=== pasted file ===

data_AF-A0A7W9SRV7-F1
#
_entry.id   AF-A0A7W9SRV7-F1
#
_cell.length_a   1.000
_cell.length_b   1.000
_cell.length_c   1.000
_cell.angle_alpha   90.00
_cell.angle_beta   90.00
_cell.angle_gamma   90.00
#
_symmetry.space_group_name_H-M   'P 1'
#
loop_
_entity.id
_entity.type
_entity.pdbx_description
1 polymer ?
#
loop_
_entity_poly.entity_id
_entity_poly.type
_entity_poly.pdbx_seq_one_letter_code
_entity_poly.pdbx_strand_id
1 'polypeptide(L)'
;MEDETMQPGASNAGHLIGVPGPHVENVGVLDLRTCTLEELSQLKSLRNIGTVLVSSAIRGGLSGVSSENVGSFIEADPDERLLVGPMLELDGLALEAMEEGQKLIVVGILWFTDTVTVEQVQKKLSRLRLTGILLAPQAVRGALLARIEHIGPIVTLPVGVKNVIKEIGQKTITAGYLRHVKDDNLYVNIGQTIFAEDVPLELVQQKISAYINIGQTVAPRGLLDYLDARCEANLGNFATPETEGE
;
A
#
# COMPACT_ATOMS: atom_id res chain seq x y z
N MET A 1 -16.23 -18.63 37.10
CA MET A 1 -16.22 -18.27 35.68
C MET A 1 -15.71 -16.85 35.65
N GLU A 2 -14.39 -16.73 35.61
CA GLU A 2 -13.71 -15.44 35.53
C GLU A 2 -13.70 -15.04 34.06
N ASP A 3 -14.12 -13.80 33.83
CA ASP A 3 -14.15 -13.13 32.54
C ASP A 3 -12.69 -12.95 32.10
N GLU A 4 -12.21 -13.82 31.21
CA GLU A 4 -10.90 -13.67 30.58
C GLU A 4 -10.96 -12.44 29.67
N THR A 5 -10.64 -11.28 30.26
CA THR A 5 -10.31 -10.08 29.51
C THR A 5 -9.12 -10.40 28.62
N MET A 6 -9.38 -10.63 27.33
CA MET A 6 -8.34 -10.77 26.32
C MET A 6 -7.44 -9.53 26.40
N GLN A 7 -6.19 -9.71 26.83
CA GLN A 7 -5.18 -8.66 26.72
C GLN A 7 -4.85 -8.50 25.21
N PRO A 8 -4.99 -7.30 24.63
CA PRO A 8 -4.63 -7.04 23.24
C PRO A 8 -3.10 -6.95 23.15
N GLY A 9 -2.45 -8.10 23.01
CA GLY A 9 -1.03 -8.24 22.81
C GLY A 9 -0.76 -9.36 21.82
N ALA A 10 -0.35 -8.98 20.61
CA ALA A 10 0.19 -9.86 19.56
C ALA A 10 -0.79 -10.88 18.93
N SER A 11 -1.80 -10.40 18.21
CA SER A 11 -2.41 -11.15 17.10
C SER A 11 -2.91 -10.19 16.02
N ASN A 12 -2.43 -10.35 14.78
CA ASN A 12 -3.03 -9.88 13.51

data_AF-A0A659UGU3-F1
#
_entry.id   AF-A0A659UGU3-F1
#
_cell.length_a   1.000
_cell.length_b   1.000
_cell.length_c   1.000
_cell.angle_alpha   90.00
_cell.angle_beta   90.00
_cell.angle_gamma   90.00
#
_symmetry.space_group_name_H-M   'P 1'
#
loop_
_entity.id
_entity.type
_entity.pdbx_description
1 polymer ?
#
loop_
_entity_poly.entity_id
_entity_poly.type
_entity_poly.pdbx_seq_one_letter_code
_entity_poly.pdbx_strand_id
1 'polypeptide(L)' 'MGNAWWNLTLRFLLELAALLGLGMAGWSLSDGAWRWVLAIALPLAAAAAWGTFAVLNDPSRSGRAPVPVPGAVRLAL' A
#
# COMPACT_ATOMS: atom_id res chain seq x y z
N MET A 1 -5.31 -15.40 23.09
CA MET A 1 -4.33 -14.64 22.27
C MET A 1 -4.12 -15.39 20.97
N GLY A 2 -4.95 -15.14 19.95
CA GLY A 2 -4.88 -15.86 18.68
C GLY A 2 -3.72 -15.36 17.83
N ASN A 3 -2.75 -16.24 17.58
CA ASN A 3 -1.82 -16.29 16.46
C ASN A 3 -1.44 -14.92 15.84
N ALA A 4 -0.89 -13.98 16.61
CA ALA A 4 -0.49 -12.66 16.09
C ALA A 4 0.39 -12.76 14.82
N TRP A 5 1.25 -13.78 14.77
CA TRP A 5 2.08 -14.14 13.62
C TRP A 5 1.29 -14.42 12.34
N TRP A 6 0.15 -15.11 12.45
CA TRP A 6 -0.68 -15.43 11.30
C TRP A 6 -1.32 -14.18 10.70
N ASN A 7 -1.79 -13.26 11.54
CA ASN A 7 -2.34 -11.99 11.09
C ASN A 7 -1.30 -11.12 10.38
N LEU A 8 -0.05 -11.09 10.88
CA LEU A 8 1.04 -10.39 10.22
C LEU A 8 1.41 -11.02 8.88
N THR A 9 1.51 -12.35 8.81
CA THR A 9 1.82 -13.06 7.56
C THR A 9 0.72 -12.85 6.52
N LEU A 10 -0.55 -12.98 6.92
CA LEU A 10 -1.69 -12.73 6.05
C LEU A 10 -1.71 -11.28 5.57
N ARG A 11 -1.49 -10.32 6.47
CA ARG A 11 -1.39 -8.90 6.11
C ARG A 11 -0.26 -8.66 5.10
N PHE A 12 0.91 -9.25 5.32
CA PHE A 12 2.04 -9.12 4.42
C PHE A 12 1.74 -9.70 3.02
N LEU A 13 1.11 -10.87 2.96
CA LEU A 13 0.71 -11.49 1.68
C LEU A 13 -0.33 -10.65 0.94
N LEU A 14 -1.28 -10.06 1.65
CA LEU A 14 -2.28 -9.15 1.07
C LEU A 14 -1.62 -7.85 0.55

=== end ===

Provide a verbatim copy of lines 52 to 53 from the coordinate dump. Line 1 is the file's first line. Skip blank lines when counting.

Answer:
N PRO A 8 -4.99 -7.30 24.63
CA PRO A 8 -4.63 -7.04 23.24